Research the Landscape

How to Conduct Research:

Good on-line sources for general agricultural information:

ATTRA offers numerous publications on their website, that cover a wide range of production and marketing topics. They will also assemble free custom information packets in response to your questions. Many resources listed on this website are linked to ATTRA.

The National Agriculture Library houses an enormous collection, with over 3.3 million items. It also features many searchable databases. Check out their Alternative Farming Systems Information Center.

The Ecological Agriculture Projects Library features thousands of documents posted online.

The Sustainable Agriculture Research and Education Program (SARE) website features many useful publications and links.

Conduct Farmer Interviews:

The New American Farmer” profiles successful, sustainable farmers from across the country, including many from the Northeast. They are excellent supplements to one-on-one interviews. Also available from the NESFI Bookstore.

Finding the Niche: Case Studies of Beginning Small-Scale Farmers” These case studies provide both an inspiration and a reality check. Download the PDF left.  Also available from the NESFI Bookstore.

Identify Opportunities & Challenges in the Landscape:

Resources from the Bureau of Labor Statistics – The following sheets provide a very good overview of possible careers in agriculture:

Crisis and Opportunity in North American Agriculture” – Analysis of industry trends from a sustainable agriculture perspective.

Farming on the Edge:  Sprawling Development Threatens America’s Best Farmland” – This American Farmland Trust report can help you find out about development pressure on farmland in your state.

Is Your Town Farm Friendly? A Checklist for Sustaining Rural Character” – From the University of New Hampshire.  A set of useful questions for investigating the regulatory climate of a potential farm location, or assessing the one you already have, whether in NH or elsewhere. 

“Organic: From Niche to Mainstream” – article from Statistics Canada about organic farming in Canada, and consumer trends.

Contact your state department of agriculture for specific state information.  Click here for links to departments of agriculture in the New England.

Research the climate and soils in your region:

National Water and Climate Center – Resources on rainfall, growing season and other climate information. Part of the USDA National Resource and Conservation Service website.

State Soil Surveys – Contact information to request soil maps for the counties you are interested in. Maps for some states are available as downloadable file.

Research legal requirements:

SBA Guides – This Small Business Administration website has downloadable guides for starting a business in each of the 50 states.  They include descriptions of the different types of business entities (sole proprietorship, corporation, etc.).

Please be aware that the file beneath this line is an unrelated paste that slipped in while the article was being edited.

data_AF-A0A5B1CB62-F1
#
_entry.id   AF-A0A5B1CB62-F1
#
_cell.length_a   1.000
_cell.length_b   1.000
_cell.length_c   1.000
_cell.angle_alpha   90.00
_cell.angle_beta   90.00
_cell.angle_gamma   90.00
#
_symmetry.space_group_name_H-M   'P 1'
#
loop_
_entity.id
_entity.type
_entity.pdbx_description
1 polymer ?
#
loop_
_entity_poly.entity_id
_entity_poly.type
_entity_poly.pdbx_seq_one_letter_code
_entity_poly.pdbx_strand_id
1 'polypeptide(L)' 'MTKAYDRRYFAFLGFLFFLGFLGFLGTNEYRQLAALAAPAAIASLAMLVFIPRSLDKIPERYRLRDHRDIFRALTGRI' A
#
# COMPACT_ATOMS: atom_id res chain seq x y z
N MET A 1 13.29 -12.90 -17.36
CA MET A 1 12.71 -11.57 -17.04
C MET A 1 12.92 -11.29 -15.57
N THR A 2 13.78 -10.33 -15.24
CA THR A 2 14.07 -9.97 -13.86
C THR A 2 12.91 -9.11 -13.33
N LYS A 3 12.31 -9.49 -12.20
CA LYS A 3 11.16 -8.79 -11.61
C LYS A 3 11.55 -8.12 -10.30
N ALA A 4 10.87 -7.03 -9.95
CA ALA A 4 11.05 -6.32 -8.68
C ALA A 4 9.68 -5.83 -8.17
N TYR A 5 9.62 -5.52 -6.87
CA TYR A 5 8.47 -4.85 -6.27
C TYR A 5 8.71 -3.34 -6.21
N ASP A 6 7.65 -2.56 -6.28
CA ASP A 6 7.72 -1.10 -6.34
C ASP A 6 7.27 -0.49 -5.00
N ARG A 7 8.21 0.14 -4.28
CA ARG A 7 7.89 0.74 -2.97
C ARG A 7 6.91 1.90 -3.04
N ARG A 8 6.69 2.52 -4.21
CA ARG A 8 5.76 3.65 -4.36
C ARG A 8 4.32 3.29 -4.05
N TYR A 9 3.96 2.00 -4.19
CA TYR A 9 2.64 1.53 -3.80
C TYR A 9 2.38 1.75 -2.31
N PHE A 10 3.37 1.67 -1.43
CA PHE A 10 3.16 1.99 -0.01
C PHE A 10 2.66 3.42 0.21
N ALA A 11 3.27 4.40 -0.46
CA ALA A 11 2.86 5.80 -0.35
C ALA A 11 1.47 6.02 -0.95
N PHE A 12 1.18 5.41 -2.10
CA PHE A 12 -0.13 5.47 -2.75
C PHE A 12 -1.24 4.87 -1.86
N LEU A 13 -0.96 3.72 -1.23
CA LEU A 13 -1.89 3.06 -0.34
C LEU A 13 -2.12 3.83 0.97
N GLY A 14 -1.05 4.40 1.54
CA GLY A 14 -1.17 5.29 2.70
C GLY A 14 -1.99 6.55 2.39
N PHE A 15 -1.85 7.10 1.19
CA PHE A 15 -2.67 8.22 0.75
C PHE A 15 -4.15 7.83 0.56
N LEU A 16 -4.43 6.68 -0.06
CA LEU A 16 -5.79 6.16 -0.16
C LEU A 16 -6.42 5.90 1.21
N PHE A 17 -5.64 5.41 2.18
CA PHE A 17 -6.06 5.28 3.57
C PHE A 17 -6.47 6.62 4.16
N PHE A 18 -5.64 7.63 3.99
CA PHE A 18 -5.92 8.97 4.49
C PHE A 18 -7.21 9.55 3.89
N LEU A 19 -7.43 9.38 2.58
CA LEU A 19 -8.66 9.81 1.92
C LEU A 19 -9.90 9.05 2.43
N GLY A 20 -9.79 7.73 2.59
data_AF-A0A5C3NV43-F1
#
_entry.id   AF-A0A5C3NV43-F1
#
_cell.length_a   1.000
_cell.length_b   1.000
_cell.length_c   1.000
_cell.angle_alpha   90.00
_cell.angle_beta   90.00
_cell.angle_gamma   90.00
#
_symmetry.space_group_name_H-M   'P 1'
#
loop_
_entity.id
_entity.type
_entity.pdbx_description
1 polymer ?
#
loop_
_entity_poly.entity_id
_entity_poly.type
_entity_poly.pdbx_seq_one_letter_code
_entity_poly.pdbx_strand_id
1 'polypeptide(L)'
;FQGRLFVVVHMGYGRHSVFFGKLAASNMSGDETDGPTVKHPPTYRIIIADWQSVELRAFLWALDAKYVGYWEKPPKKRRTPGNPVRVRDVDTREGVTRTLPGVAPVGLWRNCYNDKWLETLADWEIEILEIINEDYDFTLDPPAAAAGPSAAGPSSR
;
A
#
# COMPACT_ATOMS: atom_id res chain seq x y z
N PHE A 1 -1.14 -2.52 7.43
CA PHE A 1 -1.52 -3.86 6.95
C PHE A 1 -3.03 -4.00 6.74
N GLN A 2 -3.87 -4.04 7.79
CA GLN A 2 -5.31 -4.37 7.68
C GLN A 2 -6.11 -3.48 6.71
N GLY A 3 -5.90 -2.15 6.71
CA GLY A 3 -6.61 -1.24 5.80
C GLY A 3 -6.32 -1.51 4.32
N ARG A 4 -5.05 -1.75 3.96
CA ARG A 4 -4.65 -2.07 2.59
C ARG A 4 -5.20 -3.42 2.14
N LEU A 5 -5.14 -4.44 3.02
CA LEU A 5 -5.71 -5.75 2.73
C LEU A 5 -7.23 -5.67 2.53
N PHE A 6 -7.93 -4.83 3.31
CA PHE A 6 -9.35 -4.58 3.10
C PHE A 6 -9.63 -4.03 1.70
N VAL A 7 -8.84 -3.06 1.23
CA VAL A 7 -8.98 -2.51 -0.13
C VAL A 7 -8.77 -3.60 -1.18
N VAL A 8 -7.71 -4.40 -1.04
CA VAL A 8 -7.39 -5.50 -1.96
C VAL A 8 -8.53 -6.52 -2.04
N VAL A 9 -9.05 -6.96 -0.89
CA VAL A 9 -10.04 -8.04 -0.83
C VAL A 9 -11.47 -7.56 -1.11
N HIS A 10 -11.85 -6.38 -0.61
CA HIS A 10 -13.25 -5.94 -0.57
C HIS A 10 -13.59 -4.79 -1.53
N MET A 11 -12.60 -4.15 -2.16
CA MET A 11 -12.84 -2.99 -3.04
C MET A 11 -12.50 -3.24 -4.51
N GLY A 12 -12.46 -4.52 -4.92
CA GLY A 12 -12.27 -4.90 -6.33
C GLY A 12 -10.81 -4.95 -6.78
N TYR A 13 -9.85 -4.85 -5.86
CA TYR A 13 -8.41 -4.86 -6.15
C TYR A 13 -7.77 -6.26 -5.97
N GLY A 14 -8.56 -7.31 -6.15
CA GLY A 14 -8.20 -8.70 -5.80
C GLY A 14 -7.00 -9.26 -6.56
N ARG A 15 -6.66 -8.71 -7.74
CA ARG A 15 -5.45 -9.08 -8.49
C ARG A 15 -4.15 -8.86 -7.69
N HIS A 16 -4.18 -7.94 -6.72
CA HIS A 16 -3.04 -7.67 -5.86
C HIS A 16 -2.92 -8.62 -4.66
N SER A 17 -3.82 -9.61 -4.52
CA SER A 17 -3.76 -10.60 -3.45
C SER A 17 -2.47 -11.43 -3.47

Legal Guide to the Business of Farming in Vermont. University of Vermont Extension.

Guide to Farming in New York State:  What Every Ag Entrepreneur Needs to Know – Essential resource for new and existing farmers alike.  Answers to questions about taxes, business planning, labor law, zoning, regulations, marketing and more.  Cornell Cooperative Extension. 

Identify Products, Customers and Market Options:

Choosing Your Market: A Direct Market Decision Tool – From Georgia Organics.

Farmers and their Diversified Horticultural Marketing Strategies – Clips from the excellent 1999 Vern Grubinger video from University of Vermont Extension.  Fourteen farmers representing 8 farms in 4 northeastern states share their marketing strategies from road side stands, to CSAs and restaurants, to wholesale cooperatives.

Marketing Strategies for Farmers and Ranchers” – An overview of alternative marketing strategies.

US Census Fact Finder – A site offering demographic information for the state, county, city or town where you farm or might like to farm.

Research the Market & Revenue Potential of Your Operation:

The following web resources feature enterprise budgets, including yield projection and cost of production for a wide range of enterprises. Keep in mind that for Worksheet #13, you do not need to worry about cost of production. It only asks for a very rough sketch of yields and revenues.

ATTRA – Many of their publications feature information on existing and developing markets for a wide array of enterprises.

Grower to Grower:  Creating a livelihood on a fresh market vegetable farm – 2005 Report from the Center for Integrated Agricultural Systems (CIAS) at the University of Wisconsin that looks at profitability of small farms ranging from 1/2 acre to more than 70 acres.

Penn State Agriculture Alternatives Series – These pages offer revenues and yields for a wide range of crop and livestock enterprises.

The Planning for Profit Series – This British Columbia Ministry of Agriculture, Food and Fisheries site features information on yields for a wide array of crops.

Profiles from Working Woodlands – This publication of the Massachusetts Woodlands Institute offers case studies of forest-based enterprises, from understory crops to tourism.  Downloadable as a PDF file.

Wholesale Prices – This New Farm website is updated weekly and features organic and conventional wholesale prices for the East and West coasts. It is a useful baseline pricing resource even if you plan to direct market.

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